Between that shooting and her recent run-in with the law in Huntsville, Bishop came under suspicion of mailing a pipe bomb to a Harvard University medical doctor and was convicted of assaulting a woman in an International House of Pancakes in Peabody, Mass. Reports the Boston Herald, "a family source" described Bishop as "a far-left political extremist who was 'obsessed' with President Obama to the point of being off-putting." For obvious reasons, the identity of this "family source" has not been revealed. The source could be accused of having Tea Party sympathies.


The information we now are getting on the Tea Partiers is reassuring, at least to me. It comes from Eric O'Keefe, the head of a Chicago-based organization devoted to free markets and limited government, the Sam Adams Alliance. O'Keefe has surveyed 49 Tea Party leaders in 38 states and found that what angers these Tea Partiers' harbor is mostly benign. "They want to make a difference," as good-government types are wont to say. Seventy percent of them told O'Keefe they hope to "have a positive impact on the country." According to O'Keefe, they are neither "political junkies nor crusty right-wing extremists." Nearly half never have been involved in politics before. What angers them is the reckless federal spending of the Democrats in 2009.


It is this combination of anger and concern over profligate federal spending that seems to have the media's bien-pensants cooling their ardor for anger in politics. They contemplate the Tea Party protests, and their minds fill with visions of homicidal maniacs protesting the Internal Revenue Service and flying private planes into government buildings. In fact, when Andrew Joseph Stack III, a homicidal maniac angered by the IRS, flew his plane into the IRS offices in Austin, Texas, on Feb. 18, New York Times columnist Frank Rich could not get the Tea Partiers off his mind. He said it would be "glib and inaccurate" to link the murderer to the Tea Party movement. Yet that is precisely what Rich did in his Feb. 28 column, despite having read Stack's Web site manifesto, which expresses sentiments nothing like the mild sentiments discovered by O'Keefe.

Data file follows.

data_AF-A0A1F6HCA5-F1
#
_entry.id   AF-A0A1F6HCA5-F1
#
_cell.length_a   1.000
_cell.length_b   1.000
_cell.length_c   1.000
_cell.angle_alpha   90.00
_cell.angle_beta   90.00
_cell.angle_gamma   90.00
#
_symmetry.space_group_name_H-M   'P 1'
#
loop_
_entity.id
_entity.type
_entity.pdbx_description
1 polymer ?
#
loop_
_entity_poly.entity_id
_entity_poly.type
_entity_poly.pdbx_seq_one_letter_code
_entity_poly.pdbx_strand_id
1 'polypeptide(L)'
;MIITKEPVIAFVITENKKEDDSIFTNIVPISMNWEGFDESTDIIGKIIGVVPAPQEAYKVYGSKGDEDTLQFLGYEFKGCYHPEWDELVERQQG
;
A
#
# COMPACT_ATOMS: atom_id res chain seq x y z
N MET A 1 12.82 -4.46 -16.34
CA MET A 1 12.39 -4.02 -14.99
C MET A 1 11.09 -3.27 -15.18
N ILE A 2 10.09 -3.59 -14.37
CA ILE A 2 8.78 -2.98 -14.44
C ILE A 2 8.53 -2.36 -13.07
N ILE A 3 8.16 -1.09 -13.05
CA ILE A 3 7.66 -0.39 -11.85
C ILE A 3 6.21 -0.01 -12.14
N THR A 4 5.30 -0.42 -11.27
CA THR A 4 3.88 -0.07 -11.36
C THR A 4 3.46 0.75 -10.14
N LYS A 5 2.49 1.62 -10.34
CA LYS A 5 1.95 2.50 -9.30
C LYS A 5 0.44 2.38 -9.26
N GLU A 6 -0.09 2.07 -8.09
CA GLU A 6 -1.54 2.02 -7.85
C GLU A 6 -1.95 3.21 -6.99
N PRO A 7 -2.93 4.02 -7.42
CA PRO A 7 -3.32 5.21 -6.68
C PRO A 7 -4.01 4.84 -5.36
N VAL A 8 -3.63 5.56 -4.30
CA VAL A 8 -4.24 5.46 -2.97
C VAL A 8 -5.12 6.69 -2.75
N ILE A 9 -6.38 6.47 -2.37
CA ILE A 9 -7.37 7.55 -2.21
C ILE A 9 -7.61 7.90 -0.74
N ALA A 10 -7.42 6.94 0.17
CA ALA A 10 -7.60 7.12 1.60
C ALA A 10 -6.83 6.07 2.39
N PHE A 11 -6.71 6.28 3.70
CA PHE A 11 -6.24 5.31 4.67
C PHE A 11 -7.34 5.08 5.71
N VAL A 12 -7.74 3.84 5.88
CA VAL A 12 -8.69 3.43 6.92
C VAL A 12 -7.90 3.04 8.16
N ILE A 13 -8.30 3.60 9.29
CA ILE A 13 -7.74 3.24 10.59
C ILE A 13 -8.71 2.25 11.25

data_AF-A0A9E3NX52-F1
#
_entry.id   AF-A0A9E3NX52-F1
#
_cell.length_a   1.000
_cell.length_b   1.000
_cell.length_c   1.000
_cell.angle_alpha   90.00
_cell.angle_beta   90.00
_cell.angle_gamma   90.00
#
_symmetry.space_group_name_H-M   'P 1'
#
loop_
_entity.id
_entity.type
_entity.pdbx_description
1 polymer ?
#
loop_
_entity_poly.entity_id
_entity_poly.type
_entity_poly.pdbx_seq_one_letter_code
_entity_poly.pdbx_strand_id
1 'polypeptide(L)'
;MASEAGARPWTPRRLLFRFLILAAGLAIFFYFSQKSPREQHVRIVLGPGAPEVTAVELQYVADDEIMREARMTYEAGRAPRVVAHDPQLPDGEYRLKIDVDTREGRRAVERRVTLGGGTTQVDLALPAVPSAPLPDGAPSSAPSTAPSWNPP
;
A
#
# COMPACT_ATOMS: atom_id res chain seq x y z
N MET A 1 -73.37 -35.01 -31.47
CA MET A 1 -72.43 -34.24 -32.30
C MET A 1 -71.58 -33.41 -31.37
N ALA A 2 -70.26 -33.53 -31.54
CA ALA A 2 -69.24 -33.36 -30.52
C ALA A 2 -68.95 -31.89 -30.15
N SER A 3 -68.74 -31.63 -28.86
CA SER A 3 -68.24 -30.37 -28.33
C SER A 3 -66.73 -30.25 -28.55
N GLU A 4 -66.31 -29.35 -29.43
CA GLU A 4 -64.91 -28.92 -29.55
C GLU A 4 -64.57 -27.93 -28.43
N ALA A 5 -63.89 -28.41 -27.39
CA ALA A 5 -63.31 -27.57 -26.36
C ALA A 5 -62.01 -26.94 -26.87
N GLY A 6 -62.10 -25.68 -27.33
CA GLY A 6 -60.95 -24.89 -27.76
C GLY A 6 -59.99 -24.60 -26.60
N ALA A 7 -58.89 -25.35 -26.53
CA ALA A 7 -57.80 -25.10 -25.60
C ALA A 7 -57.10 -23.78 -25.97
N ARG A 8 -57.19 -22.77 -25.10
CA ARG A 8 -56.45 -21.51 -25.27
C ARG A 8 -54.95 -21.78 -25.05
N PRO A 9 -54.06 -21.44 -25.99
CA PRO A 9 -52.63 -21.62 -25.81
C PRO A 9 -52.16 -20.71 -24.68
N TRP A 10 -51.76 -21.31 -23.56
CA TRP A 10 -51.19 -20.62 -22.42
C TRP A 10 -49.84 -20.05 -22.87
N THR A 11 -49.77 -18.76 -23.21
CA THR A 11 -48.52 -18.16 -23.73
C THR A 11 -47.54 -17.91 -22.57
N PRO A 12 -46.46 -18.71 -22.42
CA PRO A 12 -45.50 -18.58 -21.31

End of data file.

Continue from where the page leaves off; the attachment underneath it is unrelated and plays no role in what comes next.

In his manifesto, Stack howls against "the vulgar, corrupt Catholic Church," "the monsters of organized religion," "presidential puppet GW Bush and his cronies," the "rich" and the "wealthy." Actually, when I read these sentiments, I thought of Gore Vidal and was reassured knowing that Gore is, for a certitude, too old to qualify for a pilot's license. How Rich could read these sentiments and think of the Tea Partiers is difficult to fathom, though I am not very well-versed in the workings of a deranged mind and Rich has been mildly deranged for years.


Any time he takes up the matter of politics in his column, Rich becomes unhinged, usually drawing a conclusion that is precisely the opposite of the one the evidence available indicates. Certainly that is what Rich has done regarding Stack's manifesto. With its thunderclaps against organized religion, the Catholic Church, our 43rd president and the rich, Stack's manifesto is hardly the work of a Tea Partier. It is the work of an indignado of the Angry Left. I can understand Rich's embarrassment, if embarrassment it be.


Every weekday JewishWorldReview.com publishes what many in the media and Washington consider "must-reading". Sign up for the daily JWR update. It's free. Just click here.

JWR contributor Bob Tyrrell is editor in chief of The American Spectator. Comment by clicking here.